Prime Minister Netanyahu’s speech before Congress has stirred up a great deal of conversation and controversy. Several communities in the United States have decided to turn this into an educational opportunity, and have arranged a public screening with a post-speech discussion.
We were asked to create a discussion guide – here is it!
- We recommend that you provide refreshments, and that you print out the guide in full size and color (click here to download the US version – tabloid/ledger – and here for the A3 version).
- At the end of the speech, have everyone sit round tables with no more than ten people at each table. The discussion sheets should be on the table as “place mats”.
- We would recommend that you tell everyone to take 5 minutes to go through the questions on the place mat on their own in silence, and only afterwards share their responses with others in their group.
- You might wish to assign a facilitator to each table, to help all voices to be heard. Please do stress that the questions do not intend to “lead” anyone anywhere! They do not expect or “draw” any particular answer – all answers are welcomed. For more, please feel free to look at this on “Provocative Facilitation”.
The Structure of 4HQ
The structuring of the questions is according to what we call 4HQ – the Four Hatikvah Questions. These are the key building blocks of a Jewish discourse about Israel – from the penultimate line of the Hatikvah National Anthem – To be a People, Free In Our Land. This ancient and universal aspiration can be divided into four essential questions that address survival (To Be), Peoplehood, democracy (Free), and questions of place and Zion (In Our Land).
We would suggest that a Jewish conversation about Israel is not complete unless it touches on all four of these essential questions. Quite often, as issues become more complex, some questions overlap – hence the central question on the place mat addresses both issues of survival and of Peoplehood.
For a 500 word summary of the 4HQ idea, please go here. For a short video explaining 4HQ in the context of Israel’s elections, go here (you might even choose to screen the video as an introduction).
Contact us to find out how you can become a 4HQ community… Makom@jafi.org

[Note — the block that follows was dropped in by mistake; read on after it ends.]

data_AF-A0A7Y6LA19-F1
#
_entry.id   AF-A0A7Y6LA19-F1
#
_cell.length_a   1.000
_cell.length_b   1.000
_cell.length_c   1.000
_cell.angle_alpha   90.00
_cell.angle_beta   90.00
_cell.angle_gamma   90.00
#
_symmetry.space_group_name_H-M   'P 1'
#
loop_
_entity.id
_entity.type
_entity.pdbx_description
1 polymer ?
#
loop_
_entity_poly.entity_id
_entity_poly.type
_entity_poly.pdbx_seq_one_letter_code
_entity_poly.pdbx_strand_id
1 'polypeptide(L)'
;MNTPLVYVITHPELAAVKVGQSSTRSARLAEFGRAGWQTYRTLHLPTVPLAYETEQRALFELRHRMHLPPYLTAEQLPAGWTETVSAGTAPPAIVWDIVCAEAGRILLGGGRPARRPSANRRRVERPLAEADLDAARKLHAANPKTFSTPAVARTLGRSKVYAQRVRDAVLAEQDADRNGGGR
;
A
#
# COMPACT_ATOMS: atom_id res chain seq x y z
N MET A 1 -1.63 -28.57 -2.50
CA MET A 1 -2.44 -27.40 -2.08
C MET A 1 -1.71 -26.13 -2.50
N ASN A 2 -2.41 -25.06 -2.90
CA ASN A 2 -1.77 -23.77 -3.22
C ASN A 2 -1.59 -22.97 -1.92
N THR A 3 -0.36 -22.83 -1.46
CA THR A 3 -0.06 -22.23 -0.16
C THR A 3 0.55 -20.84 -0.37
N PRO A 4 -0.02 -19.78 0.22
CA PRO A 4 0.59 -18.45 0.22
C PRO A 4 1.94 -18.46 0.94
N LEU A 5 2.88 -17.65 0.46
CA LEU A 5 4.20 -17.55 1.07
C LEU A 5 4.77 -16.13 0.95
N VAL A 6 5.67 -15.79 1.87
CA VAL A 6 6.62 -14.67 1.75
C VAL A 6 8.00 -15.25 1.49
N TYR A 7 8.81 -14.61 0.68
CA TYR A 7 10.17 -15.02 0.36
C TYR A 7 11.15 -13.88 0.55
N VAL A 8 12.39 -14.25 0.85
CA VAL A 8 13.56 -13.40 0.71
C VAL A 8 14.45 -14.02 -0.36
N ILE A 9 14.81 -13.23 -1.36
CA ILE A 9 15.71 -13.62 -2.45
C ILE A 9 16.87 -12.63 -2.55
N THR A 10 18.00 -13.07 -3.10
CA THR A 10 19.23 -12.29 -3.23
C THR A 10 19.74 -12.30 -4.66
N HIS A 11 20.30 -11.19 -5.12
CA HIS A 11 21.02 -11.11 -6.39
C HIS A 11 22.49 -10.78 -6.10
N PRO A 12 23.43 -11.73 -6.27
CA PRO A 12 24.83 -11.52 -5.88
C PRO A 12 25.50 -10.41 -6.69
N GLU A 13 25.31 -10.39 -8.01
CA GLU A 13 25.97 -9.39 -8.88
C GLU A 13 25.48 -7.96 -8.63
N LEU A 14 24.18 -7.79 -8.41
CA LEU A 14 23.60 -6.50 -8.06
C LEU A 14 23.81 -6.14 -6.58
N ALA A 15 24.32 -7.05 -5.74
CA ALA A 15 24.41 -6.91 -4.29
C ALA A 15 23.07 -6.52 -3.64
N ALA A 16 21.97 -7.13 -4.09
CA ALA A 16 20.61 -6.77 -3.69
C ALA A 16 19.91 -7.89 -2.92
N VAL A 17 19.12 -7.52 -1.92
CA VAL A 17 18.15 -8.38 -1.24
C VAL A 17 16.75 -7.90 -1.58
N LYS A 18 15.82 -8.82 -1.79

We created a brief informative slideshow on the nature of Women’s involvement in the democracy of the Zionist movement, and in Israel – including comparisons with other countries, and specific details on the 2015 elections. Feel free to make use!
Click on the Slideshare icon (above right) to reach the download button.
Here is an ever-growing collection of videos that may be useful for you to understand or teach about Israel’s 2015 elections.
Here is our explanation for our 4HQ approach to the elections.
90 seconds of 90 days. This was the 90 second comedy prediction of journalist Amit Segal, 90 days before election day.
This is an activity you can run with teens and older, about the Israeli Elections.
This can be a stand-alone, or something that you run as part of an Israel Elections “Happening”.
First of all, print out the cards, double-sided.
How to play:
We know that the ‘shin’ and the ‘peh’ are different on the dreidel, but beyond that?
What are the significant differences between the Hanukkah songs we sing in North America, and in Israel?
Yom HaZikaron is often a complicated ceremony to program outside of Israel. Local Israelis in the community will often feel the need to share their unique feelings on the one hand, and yet find themselves questioning the possibility that non-Israelis might fully understand them on the other hand. Non-Israelis will often feel the need to share in the ceremony and identify fully, whilst at the same time feeling emotionally detached or even alienated. It is a very sensitive day!
We share with you a ceremony that we created for JW3 in London, with the help of the animation films made by Bet Avi Chai. We looked to build a ceremony that placed its emphasis on the pain and loss of the civilian survivors, and less on the war-time experience of the fighters. In this way we believe there is more potential for a shared emotional common ground.